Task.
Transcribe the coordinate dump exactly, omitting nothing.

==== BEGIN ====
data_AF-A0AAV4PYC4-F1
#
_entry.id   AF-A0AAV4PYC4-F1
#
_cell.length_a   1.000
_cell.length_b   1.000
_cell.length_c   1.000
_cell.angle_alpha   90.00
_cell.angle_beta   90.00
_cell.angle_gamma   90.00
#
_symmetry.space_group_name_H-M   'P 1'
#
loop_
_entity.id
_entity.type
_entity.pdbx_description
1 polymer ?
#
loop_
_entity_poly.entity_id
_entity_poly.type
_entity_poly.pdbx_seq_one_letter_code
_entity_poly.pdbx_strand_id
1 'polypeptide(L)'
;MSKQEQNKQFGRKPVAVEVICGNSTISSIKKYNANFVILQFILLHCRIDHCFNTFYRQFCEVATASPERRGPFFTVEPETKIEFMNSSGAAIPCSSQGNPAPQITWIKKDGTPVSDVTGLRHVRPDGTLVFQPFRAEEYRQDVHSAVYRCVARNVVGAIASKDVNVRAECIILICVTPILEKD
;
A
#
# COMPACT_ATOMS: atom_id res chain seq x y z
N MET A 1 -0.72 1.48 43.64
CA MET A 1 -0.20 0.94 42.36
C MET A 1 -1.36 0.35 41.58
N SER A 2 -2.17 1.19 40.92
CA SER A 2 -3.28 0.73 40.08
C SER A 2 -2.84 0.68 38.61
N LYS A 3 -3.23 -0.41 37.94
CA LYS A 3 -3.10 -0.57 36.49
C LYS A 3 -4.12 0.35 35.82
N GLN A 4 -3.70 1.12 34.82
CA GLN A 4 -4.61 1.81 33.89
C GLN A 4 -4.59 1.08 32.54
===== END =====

data_AF-A0AAV4PYC4-F1
#
_entry.id   AF-A0AAV4PYC4-F1
#
_cell.length_a   1.000
_cell.length_b   1.000
_cell.length_c   1.000
_cell.angle_alpha   90.00
_cell.angle_beta   90.00
_cell.angle_gamma   90.00
#
_symmetry.space_group_name_H-M   'P 1'
#
loop_
_entity.id
_entity.type
_entity.pdbx_description
1 polymer ?
#
loop_
_entity_poly.entity_id
_entity_poly.type
_entity_poly.pdbx_seq_one_letter_code
_entity_poly.pdbx_strand_id
1 'polypeptide(L)'
;MSKQEQNKQFGRKPVAVEVICGNSTISSIKKYNANFVILQFILLHCRIDHCFNTFYRQFCEVATASPERRGPFFTVEPETKIEFMNSSGAAIPCSSQGNPAPQITWIKKDGTPVSDVTGLRHVRPDGTLVFQPFRAEEYRQDVHSAVYRCVARNVVGAIASKDVNVRAECIILICVTPILEKD
;
A
#
# COMPACT_ATOMS: atom_id res chain seq x y z
N MET A 1 -0.72 1.48 43.64
CA MET A 1 -0.20 0.94 42.36
C MET A 1 -1.36 0.35 41.58
N SER A 2 -2.17 1.19 40.92
CA SER A 2 -3.28 0.73 40.08
C SER A 2 -2.84 0.68 38.61
N LYS A 3 -3.23 -0.41 37.94
CA LYS A 3 -3.10 -0.57 36.49
C LYS A 3 -4.12 0.35 35.82
N GLN A 4 -3.70 1.12 34.82
CA GLN A 4 -4.61 1.81 33.89
C GLN A 4 -4.59 1.08 32.54